How do you put a price on a dragon?

That’s the most vexing question facing anyone who wants to assess the dynastic fortunes that drive the plot of Game of Thrones, the epic TV series returning to HBO on April 14. Yes, it’s a fantasy saga that mixes medieval knights and castles with sorcery, zombies, and dragons. But at its core, Game of Thrones is a contest involving nine very wealthy families—and Bloomberg News knows how to measure the holdings of real-world billionaires. So we set out to rank the wealthiest of Westeros, comparing their fortunes at the beginning of the series and where they stand before the eighth and final season.

There’s no shortage of material. Five novels by George R.R. Martin have been expanded into more than 60 hours of television drama that’s gone significantly beyond—and, in some cases, departed from—the books. Using this information to track the wealth of the ruling houses from the start of the series to the final episodes is more difficult than using wills, corporate earnings, or trusts to unmask billionaires.

“The books go into a lot of details about the economics of each family,” only some of which show up in the show, says Adam Whitehead, a fantasy critic who has written about the economics of Martin’s world and received public accolades from the author.

Ultimately, experts on Game of Thrones and finance who agreed to help us measure the relative assets of the Starks, Lannisters, and the other noble houses brought the puzzle back to the question of what a dragon is worth.

Three dragon eggs reverse the fortune of the penniless heir presumptive of the once-ruling House Targaryen. In the fantasy world of Game of Thrones, dragons are thought to have existed in not-too-distant history before going extinct in recent generations. Daenerys Targaryen’s dragons prove essential once they’ve matured, becoming a source of almost incomparable power.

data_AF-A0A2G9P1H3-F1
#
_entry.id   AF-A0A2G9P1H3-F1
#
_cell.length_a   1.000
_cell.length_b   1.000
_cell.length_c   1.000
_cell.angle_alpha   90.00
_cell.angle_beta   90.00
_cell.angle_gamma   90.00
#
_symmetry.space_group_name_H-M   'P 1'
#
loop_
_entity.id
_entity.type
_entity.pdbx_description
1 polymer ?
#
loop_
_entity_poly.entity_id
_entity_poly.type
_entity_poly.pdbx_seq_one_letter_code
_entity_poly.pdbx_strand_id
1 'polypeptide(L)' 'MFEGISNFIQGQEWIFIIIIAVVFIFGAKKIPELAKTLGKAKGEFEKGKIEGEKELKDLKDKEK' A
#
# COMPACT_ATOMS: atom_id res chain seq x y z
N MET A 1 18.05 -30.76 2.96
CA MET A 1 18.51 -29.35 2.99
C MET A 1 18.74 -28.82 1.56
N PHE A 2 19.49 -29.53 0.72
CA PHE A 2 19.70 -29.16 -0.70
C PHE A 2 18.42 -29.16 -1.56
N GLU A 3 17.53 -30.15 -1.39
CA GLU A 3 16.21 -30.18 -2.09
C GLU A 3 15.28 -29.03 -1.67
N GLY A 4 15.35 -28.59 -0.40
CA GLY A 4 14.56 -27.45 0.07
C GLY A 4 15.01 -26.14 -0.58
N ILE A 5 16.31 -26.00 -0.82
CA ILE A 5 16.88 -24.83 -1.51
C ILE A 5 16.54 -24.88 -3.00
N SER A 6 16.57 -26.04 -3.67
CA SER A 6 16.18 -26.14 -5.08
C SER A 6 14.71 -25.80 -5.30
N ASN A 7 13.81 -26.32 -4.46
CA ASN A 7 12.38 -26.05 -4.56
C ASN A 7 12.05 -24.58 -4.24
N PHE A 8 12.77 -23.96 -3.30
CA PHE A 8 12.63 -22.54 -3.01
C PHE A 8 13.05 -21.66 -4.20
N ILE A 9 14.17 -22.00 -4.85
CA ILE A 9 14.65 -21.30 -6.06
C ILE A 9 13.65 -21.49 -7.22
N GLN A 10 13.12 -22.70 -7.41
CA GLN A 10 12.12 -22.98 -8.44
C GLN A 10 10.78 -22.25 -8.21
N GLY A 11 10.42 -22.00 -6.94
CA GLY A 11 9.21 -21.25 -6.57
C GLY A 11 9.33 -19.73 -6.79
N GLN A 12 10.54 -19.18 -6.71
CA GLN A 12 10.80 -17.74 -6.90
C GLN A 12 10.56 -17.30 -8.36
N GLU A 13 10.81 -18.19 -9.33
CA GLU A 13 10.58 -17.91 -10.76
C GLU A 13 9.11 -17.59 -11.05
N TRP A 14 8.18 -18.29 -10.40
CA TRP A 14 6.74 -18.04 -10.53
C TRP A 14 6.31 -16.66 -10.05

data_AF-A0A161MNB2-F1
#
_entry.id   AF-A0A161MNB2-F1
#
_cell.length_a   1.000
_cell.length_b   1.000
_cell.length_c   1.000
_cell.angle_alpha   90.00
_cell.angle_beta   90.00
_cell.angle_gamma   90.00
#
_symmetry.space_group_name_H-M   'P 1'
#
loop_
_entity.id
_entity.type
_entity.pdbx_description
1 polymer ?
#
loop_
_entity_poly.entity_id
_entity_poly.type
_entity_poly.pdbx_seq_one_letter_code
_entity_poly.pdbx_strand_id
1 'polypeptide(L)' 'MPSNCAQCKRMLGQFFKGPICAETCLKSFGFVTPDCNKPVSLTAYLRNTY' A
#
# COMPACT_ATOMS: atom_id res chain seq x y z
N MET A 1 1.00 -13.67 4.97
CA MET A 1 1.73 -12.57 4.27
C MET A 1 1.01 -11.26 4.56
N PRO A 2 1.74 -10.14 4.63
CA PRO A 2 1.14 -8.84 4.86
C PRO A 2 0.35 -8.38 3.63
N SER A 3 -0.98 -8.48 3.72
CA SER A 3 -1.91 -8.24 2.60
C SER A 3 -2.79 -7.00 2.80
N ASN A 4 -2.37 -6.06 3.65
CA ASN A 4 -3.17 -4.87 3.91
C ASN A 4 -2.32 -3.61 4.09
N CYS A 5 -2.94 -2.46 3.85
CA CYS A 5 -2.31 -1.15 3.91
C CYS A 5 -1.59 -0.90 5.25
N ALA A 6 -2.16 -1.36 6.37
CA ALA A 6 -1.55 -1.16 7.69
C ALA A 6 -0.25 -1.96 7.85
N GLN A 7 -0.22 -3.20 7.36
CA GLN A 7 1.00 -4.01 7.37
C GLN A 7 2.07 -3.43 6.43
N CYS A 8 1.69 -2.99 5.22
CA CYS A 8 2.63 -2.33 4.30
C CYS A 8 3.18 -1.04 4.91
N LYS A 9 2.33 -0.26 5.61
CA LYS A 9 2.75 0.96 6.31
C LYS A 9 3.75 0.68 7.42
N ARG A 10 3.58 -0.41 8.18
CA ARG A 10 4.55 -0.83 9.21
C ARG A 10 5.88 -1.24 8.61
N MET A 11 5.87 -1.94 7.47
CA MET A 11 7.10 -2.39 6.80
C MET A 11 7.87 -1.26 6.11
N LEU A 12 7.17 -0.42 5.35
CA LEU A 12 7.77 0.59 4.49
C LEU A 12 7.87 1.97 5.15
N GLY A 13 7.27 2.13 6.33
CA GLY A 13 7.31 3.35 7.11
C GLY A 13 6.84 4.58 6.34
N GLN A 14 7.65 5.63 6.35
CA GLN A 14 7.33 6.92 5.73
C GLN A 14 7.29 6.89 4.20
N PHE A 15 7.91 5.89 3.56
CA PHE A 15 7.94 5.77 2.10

There are methods that can help put a value on a dragon. Comparing the winged beasts to a fighting force of humans is one way to approximate their worth, says Michael Whitmire, chief executive officer of cloud-based accounting company FloQast. He created financial statements for House Lannister and published his results online.

“How many people would it be required for you to choose the group of people instead of the dragon?” Whitmire asks. There are few battles in the show that pit dragons directly against human soldiers. When they do fight, dragons almost always smoke the competition. Literally.

At one point, a transaction between Daenerys and moneyed merchants comes close to establishing a market price. She agrees to exchange one of her then-baby dragons for 8,000 enslaved troops and roughly 5,000 trainees, although it quickly becomes clear that the exchange, and the price that goes with it, is a ruse. Instead, Daenerys commands her dragon to burn the merchants and then frees the slaves.

For such difficult-to-sell assets as dragons, with no comparables on the market, financial experts would likely scrutinize them in one of two ways, says Steve Schuetz, a managing director for Valuation Research Corporation and Game of Thrones enthusiast. One is by evaluating the cost of dragon ownership. What’s the value of the time and money that it would cost to acquire an egg, incubate it, and then raise and train a baby dragon? Adjust that estimate for any dragons that don’t hatch or cannot be taught—or, in the case of the show, are captured by a zombie warlord.

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